Crested chain stitch tutorial

Crested chain stitch tutorial

It's time to kick off another marathon for the chain stitch family and, hopefully, complete it! I plan on posting at least 4 tutorials this week, every day, so be prepared for a lot of information. That being said, the stitches are all very fun, so take a piece of fabric, your favorite thread and practice with me :)


Here are some posts I recommend reading before we proceed:


And the posts from the March marathon:


For the Crested chain stitch that we are going to learn today, you might really want to check out the Coral stitch first (the last link) because there will be a similar element.

Crested chain stitch how to:


There are various ways of working this stitch and depending on the approach the appearance will slightly vary as well. I will show one method in detail and then will show how a different approach might change its look.

First of all, you need to have two parallel horizontal lines to work this stitch. If you're using an evenweave fabric, then you can just follow the rows of holes. Otherwise, you can mark the lines with an erasable marker. I don't recommend using any permanent marker or pen because one of the lines is not going to be fully covered.

Crested chain stitch tutorial

1. When you decided on the two lines, you can start by making a single chain stitch. I make a small one here so that it doesn't stand out much.

Crested chain stitch tutorial

2. After making the first chain stitch, we now switch to the top line. And here we are using the element from the Coral stitch: we pick a bit of fabric with our needle and tuck the free end of thread under its shaft. Please pay attention to how the thread first covers the needle shaft and only then goes under it, facing the bottom line.

Crested chain stitch tutorial

3. Pull the needle through and now you should have a knot formed on the top line. The free end of the thread is facing upwards now, so we slide the point of the needle under the “bridge” between the chain stitch and the knot.

Crested chain stitch tutorial

4. To start a new stitch we bring the needle down at the end of the previous chain stitch, inside the loop, and then come up a stitch distance away, tucking the thread under the shaft again. It might look as if the needle is placed at an angle here, but that's just a bad angle of the picture! In fact, it is placed horizontally here.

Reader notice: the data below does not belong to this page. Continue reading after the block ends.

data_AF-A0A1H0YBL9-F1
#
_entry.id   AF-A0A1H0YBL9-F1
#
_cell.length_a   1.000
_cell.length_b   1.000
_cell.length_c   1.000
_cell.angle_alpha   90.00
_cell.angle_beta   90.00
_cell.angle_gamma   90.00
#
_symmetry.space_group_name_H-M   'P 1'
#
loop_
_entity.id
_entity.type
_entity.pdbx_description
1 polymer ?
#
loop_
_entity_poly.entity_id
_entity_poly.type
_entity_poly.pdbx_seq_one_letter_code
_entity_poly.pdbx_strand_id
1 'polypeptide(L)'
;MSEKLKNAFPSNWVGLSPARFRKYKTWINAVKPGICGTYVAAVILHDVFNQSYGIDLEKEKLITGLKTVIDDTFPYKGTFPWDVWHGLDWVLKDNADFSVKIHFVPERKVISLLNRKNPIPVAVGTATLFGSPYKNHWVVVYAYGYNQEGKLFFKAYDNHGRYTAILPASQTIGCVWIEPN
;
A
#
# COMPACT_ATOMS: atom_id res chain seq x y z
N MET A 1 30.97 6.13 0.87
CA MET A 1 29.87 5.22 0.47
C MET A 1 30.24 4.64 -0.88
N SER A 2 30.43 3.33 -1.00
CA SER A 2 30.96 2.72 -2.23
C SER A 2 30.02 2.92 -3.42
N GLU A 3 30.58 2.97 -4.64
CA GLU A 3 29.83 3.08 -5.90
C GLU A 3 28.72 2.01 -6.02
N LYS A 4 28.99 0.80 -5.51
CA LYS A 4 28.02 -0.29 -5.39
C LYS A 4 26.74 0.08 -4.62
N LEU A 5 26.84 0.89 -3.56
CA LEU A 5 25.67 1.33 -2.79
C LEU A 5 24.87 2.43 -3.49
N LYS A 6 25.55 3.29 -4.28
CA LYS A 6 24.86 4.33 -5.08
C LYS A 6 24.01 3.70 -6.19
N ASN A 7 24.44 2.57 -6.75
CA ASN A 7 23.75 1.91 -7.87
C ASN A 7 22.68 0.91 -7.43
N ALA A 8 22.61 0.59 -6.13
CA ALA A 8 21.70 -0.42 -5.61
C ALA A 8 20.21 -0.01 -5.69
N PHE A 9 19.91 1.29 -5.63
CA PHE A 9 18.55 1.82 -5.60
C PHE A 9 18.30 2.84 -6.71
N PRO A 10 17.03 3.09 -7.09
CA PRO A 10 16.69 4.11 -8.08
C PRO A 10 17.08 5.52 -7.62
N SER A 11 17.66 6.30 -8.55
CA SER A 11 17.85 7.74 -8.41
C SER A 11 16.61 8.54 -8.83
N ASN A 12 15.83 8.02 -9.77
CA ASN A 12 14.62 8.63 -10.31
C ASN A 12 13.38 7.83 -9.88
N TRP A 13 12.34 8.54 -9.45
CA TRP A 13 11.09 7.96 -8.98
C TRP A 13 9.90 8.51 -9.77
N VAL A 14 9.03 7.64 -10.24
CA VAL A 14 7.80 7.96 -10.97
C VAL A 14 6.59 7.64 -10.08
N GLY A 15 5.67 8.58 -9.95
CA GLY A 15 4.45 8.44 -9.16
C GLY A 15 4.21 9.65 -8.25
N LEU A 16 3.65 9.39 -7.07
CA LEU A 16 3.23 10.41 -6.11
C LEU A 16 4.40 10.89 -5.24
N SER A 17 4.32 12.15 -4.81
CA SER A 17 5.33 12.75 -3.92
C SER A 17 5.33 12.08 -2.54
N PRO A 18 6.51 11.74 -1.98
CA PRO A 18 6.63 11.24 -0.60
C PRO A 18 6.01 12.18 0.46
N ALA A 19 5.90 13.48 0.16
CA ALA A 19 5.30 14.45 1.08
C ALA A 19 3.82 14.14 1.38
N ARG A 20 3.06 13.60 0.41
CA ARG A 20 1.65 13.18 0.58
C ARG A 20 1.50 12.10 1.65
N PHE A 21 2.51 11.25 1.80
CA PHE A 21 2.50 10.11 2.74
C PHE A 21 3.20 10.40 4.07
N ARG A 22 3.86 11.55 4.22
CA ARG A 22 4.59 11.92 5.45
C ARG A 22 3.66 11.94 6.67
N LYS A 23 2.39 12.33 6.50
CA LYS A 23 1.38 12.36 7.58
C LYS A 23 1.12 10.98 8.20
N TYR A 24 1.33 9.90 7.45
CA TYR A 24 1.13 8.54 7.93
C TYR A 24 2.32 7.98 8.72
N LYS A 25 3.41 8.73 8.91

Crested chain stitch tutorial

5. And then we repeat the second and third steps and continue working the stitch.

Crested chain stitch tutorial

6. The last loop will be anchored by a tiny straight stitch.

Now, I personally prefer this look of crested chain stitch, with long bridges and well-pronounced triangle loops.

Also, in fact, you can start the base line without the first chain stitch at all. I mean you can come up at the start of the line and proceed to steps 2 and 3, and when it comes to step 4 (starting a new loop), just bring the needle down at the base point where the thread first emerged. It's just that I've never seen this approach in any tutorials, but I don't think anyone will care that much if we alter the usual routine a little, right? ;)

Crested chain stitch tutorial

You can, however, change some ways. For example, shorten the distance between the bottom and top lines, which would make the bridges shorter accordingly, and increase the length of the stitches. Also, instead of making the knots aligned with the middle of base stitches (loops), you can align them with the start or the end of the stitches. All of this will make the crested chain stitch look differently.

Crested chain stitch tutorial

Try various approaches and choose the ones you like the most! Crested chain stitch might remind you of lace and can be used for pretty borders in your stitch samplers or crazy quilting or any fantasy lineart embroidery. The stitch is really fun, so you should definitely include it in your stitch vocabulary!


And I will see you next time with a new stitch :)